In order to follow a successful requirement gathering session via interviews, the project management team has to have a prepared set of questions and the response from the client needs to be noted down then and there. Most of the time, an interview is conducted between an interviewer and an interviewee, but there are certain situations where requirements will have to be grabbed from multiple stakeholders at once. In such scenarios, it’s recommended to conduct a brain storming session

When conducting interviews, it’s important to understand who to interview and what sort of questions to ask in order to gather / elicit requirements effectively. Especially, interviewing subject matter experts, experienced project participants and sponsors will help to identify the desired deliverables that need to be produced via the project life-cycle.




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Enterprise Environmental Factors

What are Enterprise Environmental Factors?

Enterprise Environmental Factors are used as inputs to project activities same as Organizational Process Assets. These factors are not under the control of the project team, in spite of being influential towards project direction. This influential factor may negatively or positively impact towards the project success, hence it’s project team’s responsibility to use them under all the project processes to ensure that project is guided and followed under the respective factors accordingly.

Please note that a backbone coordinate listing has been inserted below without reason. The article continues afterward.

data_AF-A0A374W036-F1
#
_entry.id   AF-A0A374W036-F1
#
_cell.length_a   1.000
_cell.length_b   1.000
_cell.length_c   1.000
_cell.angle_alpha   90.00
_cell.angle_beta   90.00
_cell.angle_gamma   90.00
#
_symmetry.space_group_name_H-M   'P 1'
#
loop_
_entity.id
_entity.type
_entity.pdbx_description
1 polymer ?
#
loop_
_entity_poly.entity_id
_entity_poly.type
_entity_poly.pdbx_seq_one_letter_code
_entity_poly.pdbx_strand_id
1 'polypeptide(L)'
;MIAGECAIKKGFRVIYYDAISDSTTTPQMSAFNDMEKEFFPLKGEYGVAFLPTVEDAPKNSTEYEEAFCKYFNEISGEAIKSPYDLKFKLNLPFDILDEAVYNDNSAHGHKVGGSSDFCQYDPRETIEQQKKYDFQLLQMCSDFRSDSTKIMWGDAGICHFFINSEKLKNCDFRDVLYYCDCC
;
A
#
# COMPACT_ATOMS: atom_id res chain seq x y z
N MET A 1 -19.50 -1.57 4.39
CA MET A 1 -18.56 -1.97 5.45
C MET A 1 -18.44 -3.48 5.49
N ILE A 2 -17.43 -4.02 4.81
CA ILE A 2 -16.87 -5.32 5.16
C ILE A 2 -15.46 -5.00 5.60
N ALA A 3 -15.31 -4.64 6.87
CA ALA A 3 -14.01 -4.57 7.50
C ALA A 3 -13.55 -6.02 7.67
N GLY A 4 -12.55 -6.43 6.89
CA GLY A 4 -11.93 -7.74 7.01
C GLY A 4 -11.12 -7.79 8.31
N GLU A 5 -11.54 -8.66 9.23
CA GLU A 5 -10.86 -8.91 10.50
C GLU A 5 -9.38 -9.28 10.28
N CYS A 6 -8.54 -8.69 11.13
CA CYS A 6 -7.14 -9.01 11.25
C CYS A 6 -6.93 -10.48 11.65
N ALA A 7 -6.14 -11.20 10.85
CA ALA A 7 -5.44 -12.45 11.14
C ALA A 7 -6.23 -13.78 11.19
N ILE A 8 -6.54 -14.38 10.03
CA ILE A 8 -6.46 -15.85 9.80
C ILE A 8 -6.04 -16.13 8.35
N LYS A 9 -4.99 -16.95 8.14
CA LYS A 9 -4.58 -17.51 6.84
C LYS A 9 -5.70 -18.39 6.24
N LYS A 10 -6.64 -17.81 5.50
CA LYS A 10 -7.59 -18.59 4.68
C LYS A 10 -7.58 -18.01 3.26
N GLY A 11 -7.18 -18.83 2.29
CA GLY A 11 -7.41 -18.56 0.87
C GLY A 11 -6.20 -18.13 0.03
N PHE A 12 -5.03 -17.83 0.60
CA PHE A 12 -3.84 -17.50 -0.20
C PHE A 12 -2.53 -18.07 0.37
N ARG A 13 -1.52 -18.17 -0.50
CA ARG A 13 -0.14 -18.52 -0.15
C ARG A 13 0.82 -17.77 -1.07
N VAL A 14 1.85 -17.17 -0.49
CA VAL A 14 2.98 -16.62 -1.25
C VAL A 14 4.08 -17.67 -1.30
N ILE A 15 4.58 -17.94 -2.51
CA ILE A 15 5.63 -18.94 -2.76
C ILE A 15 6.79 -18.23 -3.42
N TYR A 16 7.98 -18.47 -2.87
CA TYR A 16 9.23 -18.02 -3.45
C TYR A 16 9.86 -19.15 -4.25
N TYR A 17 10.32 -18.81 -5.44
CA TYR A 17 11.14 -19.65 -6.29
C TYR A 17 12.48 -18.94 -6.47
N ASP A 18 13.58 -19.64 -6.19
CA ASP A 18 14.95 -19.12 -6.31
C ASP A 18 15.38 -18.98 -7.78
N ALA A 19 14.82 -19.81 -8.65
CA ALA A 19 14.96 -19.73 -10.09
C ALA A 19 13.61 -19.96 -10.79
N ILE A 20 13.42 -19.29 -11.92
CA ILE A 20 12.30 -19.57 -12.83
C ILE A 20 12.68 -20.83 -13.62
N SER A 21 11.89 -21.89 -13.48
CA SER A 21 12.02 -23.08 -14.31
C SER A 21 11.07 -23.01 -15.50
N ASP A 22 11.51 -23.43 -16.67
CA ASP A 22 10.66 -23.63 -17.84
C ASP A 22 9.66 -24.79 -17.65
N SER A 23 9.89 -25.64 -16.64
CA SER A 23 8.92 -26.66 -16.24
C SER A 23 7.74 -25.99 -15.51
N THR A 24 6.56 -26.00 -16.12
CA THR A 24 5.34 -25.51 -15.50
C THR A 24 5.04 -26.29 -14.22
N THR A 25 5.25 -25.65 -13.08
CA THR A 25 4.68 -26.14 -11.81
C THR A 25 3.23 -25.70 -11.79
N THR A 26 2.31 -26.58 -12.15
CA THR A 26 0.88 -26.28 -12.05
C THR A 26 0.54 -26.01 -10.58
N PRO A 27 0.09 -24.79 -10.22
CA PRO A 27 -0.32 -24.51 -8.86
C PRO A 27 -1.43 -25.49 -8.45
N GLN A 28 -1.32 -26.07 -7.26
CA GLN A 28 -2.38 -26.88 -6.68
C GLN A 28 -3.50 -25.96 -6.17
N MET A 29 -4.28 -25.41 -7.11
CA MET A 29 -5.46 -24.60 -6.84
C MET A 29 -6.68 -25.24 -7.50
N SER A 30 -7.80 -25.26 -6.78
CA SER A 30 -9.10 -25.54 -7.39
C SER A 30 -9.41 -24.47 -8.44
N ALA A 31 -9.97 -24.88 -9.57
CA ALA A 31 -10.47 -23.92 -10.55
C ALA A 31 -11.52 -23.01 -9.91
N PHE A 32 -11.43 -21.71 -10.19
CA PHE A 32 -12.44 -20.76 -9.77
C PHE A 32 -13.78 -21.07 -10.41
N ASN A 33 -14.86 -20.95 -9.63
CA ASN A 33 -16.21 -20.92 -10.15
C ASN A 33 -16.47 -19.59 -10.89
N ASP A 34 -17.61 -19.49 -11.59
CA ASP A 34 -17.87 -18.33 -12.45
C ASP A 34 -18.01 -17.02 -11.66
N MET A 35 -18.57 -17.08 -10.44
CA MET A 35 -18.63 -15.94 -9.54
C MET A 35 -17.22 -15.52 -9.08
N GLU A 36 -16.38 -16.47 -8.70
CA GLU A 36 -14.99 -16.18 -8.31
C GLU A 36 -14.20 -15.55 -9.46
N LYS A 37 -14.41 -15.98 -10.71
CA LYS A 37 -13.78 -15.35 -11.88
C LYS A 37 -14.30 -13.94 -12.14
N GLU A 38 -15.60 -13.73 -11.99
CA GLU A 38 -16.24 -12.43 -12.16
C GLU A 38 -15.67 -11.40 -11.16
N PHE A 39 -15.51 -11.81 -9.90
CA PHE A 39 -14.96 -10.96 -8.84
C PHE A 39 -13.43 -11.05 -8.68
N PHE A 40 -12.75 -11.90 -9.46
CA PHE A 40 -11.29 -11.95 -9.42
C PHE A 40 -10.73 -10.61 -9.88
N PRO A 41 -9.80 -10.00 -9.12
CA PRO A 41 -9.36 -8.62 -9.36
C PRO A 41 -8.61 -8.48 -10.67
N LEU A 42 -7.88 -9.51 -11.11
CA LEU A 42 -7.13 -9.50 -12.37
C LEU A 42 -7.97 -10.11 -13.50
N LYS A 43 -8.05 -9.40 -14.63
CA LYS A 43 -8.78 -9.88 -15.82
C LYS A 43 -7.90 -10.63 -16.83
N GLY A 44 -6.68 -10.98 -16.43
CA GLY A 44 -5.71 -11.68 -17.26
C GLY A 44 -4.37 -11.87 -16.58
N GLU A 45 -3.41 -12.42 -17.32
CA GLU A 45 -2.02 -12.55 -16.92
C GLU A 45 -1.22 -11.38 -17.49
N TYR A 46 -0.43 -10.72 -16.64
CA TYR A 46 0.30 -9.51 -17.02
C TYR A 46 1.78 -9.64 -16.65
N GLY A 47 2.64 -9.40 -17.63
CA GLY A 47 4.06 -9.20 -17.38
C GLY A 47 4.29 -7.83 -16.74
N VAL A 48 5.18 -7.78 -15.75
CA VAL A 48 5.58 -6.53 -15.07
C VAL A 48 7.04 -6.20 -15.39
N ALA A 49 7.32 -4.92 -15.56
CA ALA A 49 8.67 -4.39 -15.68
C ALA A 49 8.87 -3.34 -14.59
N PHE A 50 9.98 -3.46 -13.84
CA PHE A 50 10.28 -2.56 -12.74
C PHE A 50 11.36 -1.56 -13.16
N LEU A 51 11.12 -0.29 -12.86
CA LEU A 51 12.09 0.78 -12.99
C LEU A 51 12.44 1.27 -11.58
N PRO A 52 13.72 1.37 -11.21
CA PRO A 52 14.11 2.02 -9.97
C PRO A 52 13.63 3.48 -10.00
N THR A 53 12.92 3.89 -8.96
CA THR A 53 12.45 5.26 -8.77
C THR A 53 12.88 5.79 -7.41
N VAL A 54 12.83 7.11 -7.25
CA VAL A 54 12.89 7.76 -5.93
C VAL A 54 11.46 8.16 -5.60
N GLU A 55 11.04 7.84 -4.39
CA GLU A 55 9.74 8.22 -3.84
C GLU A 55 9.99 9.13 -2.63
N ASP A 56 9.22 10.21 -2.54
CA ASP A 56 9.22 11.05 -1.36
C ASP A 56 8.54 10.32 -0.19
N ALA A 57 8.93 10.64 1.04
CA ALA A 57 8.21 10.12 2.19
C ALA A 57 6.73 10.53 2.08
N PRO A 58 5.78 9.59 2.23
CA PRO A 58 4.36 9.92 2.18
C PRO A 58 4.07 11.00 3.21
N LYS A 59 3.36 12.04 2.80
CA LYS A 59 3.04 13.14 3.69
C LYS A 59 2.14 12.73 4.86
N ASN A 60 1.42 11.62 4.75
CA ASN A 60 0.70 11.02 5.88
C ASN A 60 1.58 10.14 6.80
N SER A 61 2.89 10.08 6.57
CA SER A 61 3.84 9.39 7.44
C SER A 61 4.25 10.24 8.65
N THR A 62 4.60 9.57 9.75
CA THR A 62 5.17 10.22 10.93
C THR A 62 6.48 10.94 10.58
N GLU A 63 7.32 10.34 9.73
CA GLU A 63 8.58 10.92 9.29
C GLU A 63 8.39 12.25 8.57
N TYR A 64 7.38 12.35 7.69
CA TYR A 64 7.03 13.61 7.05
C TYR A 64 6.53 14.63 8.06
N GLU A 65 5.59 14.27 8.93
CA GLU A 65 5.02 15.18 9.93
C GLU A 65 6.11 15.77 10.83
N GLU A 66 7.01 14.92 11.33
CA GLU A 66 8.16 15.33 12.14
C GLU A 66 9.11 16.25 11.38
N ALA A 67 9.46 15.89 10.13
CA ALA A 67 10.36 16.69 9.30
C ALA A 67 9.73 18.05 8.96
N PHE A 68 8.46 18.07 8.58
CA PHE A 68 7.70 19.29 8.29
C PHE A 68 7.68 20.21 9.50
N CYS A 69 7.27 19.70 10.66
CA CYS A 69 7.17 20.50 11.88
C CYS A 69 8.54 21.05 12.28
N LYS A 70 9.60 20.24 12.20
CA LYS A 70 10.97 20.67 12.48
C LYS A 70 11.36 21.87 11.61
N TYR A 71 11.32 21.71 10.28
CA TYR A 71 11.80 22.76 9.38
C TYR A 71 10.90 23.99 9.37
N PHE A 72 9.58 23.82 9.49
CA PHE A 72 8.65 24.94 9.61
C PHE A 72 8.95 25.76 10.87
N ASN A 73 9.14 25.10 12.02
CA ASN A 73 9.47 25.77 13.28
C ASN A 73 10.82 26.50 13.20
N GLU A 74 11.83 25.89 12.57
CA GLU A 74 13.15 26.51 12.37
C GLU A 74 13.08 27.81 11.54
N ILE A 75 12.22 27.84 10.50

PMBOK 5th edition has stated different factors that are used in project activities. Few of them are as follows;

  • Culture, structure and the governing rules of the performing organization
  • External factors such as political and marketing conditions
  • Geographical situation, resources and available facilities
  • Industry / government standards and policies
  • Available human resources (skills, knowledge level, etc…)
  • Company working structure (authorization structure)
  • Stakeholder engagement (risk tolerance, culture and other behavioral patterns)
  • Available communication channels and management methodologies
  • Information databases (commercial, risk related, baselines, etc…)
  • Personnel authority and administration (staffing plans, employee retention methods, performance appraisals and reviews)
  • Project Management Information System (an automated tool to collect and share information related to projects)
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Organizational Process Assets

What are Organizational Process Assets?